The fact that a professor somewhere thinks a result is invalid means nothing. The professor has to publish a rigorous paper showing why the result is invalid. No one has done that in history of cold fusion.

They address the issues raised by those (like me) who are more skeptical and therefore end up with stronger results

No one can address the issues you raised. They are imaginary. You claimed that a few milligrams of deuterium might burn without any oxygen, and it might burn for over 100 days at ~100 W. You are wrong by a factor of 9 million. You claimed that a fan might suddenly produce half as much wind with the same input power. That is impossible, and even if it did happen, there would still be massive excess heat.

On this forum, you have not found any valid problems with this experiment, or any other.

• No one can address the issues you raised. They are imaginary. You claimed that a few milligrams of deuterium might burn without any oxygen, and it might burn for over 100 days at ~100 W.

Jed - perhaps you can find the place I claimed that? I believe you misunderstood me. I said that if the experiment was done under constant pressure conditions, and therefore connected to a D2 reservoir, catalysis of D2 with leaking O2 was possible. In that case the amount of D2 involved is unbounded. Given the conditions here it still did not seem likely - but I needed it contradicted. The lack of specifics in the report does not help me to rule these things out.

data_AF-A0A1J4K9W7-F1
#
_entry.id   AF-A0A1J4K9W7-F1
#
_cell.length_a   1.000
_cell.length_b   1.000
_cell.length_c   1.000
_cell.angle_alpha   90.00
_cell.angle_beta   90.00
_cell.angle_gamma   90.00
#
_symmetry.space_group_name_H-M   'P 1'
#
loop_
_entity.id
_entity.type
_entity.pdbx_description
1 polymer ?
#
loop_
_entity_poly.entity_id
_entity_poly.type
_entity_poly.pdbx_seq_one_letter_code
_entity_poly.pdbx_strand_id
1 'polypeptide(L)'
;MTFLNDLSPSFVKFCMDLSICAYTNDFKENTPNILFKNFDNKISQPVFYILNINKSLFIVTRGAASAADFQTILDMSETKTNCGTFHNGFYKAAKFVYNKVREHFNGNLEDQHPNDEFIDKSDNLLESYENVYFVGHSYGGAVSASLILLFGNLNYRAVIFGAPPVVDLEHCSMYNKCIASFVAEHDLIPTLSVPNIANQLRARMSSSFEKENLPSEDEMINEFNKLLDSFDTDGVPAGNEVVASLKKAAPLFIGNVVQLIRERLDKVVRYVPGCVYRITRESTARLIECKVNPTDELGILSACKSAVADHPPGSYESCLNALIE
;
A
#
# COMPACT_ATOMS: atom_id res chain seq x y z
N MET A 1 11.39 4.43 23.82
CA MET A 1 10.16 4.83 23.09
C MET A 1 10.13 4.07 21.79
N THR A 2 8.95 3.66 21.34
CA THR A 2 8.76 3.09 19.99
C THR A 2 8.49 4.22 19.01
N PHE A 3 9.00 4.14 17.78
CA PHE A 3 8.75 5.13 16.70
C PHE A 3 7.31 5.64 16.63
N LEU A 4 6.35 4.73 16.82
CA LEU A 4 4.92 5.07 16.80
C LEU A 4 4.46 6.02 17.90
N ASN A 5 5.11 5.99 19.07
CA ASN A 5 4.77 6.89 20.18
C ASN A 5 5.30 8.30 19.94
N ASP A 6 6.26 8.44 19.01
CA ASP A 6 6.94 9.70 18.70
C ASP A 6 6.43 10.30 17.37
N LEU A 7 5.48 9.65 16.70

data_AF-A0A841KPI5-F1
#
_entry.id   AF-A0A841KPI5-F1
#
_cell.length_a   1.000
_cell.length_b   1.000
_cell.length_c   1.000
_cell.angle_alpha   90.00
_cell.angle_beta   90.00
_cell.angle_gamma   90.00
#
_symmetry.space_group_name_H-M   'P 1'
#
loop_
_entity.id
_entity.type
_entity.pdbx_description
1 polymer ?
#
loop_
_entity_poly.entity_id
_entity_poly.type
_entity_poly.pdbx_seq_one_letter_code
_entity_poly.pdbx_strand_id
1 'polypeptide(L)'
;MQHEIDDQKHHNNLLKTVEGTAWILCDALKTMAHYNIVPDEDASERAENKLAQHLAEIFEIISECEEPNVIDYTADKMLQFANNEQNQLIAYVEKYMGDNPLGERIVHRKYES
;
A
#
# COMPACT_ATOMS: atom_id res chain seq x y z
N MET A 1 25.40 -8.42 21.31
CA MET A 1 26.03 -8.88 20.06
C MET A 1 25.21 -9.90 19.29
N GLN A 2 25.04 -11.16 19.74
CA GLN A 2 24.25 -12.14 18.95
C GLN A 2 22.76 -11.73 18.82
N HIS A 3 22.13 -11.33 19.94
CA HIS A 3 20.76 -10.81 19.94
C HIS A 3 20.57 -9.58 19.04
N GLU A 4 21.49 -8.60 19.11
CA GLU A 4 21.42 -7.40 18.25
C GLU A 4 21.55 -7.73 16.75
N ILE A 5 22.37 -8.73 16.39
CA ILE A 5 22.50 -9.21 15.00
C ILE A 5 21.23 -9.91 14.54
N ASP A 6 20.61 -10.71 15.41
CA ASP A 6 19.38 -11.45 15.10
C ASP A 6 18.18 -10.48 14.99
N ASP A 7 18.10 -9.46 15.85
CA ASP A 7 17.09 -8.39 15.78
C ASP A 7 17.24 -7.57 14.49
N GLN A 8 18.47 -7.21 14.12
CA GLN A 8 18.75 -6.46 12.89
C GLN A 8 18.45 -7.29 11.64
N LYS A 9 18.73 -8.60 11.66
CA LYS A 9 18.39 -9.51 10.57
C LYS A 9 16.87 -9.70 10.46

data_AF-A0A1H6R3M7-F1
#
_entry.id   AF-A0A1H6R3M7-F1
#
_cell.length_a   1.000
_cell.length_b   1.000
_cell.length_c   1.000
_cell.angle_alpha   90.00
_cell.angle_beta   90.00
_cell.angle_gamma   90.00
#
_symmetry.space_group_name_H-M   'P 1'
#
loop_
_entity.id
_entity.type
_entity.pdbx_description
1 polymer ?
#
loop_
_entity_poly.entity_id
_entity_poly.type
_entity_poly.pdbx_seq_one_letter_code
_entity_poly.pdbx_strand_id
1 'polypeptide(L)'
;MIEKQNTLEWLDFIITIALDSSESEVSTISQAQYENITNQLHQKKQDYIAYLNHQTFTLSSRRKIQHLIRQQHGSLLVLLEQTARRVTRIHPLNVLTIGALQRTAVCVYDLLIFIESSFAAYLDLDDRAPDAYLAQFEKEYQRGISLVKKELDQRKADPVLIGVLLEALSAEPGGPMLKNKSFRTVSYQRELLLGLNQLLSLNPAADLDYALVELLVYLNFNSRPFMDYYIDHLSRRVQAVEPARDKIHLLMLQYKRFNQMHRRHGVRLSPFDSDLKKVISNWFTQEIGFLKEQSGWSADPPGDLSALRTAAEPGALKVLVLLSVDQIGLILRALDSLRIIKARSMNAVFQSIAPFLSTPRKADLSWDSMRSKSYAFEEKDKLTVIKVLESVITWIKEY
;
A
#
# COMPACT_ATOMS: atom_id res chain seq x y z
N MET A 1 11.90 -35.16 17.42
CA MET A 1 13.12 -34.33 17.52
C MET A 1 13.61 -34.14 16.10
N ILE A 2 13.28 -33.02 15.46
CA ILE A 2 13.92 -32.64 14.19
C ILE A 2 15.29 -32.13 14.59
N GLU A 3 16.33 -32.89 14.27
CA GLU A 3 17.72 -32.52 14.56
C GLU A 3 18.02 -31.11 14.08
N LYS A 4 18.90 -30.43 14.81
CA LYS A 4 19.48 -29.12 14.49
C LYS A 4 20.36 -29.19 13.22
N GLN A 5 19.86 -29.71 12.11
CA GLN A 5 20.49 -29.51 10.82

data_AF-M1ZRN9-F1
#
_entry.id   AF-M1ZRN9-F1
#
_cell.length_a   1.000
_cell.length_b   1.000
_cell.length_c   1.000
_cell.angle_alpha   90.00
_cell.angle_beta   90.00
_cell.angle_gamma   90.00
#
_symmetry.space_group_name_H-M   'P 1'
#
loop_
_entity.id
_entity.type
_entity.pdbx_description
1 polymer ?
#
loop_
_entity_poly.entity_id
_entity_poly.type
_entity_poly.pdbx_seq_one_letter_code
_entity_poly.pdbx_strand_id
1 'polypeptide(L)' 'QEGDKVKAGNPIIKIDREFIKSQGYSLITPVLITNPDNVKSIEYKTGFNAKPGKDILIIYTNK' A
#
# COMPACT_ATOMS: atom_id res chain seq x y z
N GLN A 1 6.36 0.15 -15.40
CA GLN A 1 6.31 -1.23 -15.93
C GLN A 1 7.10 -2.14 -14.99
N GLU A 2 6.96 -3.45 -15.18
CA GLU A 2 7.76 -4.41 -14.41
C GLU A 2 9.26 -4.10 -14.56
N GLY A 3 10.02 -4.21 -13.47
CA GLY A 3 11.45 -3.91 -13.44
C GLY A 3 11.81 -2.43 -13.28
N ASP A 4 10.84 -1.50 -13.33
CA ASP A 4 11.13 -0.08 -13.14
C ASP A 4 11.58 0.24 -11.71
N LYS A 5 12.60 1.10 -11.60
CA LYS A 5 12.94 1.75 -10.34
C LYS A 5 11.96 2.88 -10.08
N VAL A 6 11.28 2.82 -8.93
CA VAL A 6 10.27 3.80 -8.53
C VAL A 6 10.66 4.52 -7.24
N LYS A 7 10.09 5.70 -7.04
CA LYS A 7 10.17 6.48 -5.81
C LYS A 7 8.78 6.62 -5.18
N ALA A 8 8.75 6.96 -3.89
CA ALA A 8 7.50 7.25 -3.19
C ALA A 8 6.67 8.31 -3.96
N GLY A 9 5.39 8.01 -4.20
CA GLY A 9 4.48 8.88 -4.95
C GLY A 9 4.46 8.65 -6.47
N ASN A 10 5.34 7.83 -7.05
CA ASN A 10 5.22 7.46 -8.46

• Jed - perhaps you can find the place I claimed that? I believe you misunderstood me. I said that if the experiment was done under constant pressure conditions, and therefore connected to a D2 reservoir, catalysis of D2 with leaking O2 was possible.

Ah, I misunderstood. However, the paper clearly shows this did not happen. The pressure is shown in Table 1. It would be obvious if this were happening. There would be flames and smoke. The sheath heater would burn up and stop working. The pressure would rise to 101,000 Pa (1 atm). Mizuno would stop the experiment.

In that case the amount of D2 involved is unbounded

Actually it is bounded by the amount of D2 in the tank, which would not last 100 days at these power levels. The tank was small when I was there.